such brutish lusts; and had they not some form or other of it, they could not be secure in their practice. For,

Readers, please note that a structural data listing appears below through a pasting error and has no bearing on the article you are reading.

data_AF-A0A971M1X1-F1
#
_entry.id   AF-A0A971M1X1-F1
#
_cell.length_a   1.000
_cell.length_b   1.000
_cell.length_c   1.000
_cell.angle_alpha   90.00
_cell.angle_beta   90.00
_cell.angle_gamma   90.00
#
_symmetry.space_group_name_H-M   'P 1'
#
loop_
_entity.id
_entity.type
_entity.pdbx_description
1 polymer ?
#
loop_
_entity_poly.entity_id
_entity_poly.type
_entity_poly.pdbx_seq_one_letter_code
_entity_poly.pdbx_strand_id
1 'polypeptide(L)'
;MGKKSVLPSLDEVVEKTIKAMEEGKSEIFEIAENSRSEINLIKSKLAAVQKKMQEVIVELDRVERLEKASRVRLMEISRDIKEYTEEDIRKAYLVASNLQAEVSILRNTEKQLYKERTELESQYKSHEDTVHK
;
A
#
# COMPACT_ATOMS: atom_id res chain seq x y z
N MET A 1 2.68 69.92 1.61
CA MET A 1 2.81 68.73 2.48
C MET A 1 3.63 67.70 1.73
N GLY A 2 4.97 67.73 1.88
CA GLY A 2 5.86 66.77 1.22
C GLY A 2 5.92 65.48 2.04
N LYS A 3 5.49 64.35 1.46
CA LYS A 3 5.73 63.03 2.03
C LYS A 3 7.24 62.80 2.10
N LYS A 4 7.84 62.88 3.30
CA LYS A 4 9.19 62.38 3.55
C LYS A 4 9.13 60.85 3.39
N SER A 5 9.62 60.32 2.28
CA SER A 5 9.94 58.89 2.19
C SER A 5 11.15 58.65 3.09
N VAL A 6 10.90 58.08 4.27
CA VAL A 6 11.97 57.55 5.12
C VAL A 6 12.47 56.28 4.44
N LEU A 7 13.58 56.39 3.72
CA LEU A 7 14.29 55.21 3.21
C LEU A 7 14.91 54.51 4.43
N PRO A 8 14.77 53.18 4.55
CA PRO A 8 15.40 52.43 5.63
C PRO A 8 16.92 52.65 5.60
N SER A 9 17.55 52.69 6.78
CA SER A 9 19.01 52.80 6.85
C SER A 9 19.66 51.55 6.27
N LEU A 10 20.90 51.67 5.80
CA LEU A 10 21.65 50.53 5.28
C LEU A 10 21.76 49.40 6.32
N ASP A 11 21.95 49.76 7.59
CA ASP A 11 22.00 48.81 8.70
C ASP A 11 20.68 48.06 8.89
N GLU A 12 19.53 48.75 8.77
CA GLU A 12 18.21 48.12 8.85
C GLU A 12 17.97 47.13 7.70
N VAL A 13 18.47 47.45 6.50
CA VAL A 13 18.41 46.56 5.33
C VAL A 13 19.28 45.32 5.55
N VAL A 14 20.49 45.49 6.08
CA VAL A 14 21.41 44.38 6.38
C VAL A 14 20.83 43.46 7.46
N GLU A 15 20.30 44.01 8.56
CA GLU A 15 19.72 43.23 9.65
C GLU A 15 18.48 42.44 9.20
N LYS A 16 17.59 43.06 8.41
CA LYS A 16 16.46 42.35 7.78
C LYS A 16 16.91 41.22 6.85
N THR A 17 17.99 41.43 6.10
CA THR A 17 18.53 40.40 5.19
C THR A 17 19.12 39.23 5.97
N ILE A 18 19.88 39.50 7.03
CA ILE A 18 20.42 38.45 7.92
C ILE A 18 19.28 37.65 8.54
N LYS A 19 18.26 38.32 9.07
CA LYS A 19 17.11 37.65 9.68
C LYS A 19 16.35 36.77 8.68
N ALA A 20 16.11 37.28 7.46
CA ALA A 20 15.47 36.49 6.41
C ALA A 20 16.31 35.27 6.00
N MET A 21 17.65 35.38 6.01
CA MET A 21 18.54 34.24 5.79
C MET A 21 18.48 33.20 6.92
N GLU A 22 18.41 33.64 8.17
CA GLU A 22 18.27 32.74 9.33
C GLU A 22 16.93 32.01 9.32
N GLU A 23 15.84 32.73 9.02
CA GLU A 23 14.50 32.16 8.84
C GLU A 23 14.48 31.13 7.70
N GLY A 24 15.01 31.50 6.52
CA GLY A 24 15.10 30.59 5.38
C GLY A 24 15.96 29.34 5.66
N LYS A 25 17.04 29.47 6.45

Sin and conscience are stubborn in their conflict whilst immediately opposed; conscience pleading that there should be no sin; and sin contending that there may be no conscience: but as nature is corrupted they will both comply with an accommodation. Wherefore a device to satisfy sin, and to deceive conscience, will not fail of a ready entertainment. And this is the design in part or in whole of every false way in religion that men apostatize into from the purity and simplicity of the gospel. See 2 Pet. ii. 18, 19. One way or other is proposed to take men off from the necessity of regeneration, and the renovation of their nature into the image of God in the first place. For this is that lion in the way, which deters all sorts of sluggards from attempting any thing seriously in religion. And whereas our Lord Jesus Christ hath placed the necessity of it on the first entrance into the kingdom of God; there is no false way of religion, but its first design is to destroy its nature, or take away its necessity. Hence, some would have it to be only baptism, with the grace it confers by the work wrought. Some substitute a moral reformation of life in the room of it, which, as they suppose, is sufficiently severe. And the light within makes all thoughts of it useless. For if this point be not well secured, all ensuing attempts to accommodate men with a religion will be in vain. It will still be returning on them, that unless they are born again, they cannot enter into the kingdom of God.' Internal sanctification of the whole person, the mortification of all the motions of sin that are in the flesh, with that universal obedience which is required unto the life of God, must also be provided for or against, and yet conscience be satisfied therewithal. Wherefore, if you can obtain, that persons who live in sin, and are resolved so to do, not troubling themselves about these things, shall suppose that they may be secured eternally in such a way of religion as you propose unto them; that what is wanting in themselves shall be done for them by absolutions and masses, and various supplies out of the church's treasury, with the great reserve of purgatory when things come to the worst; there is no great fear (especially if some other circumstances fall in also to promote the design), but that you will find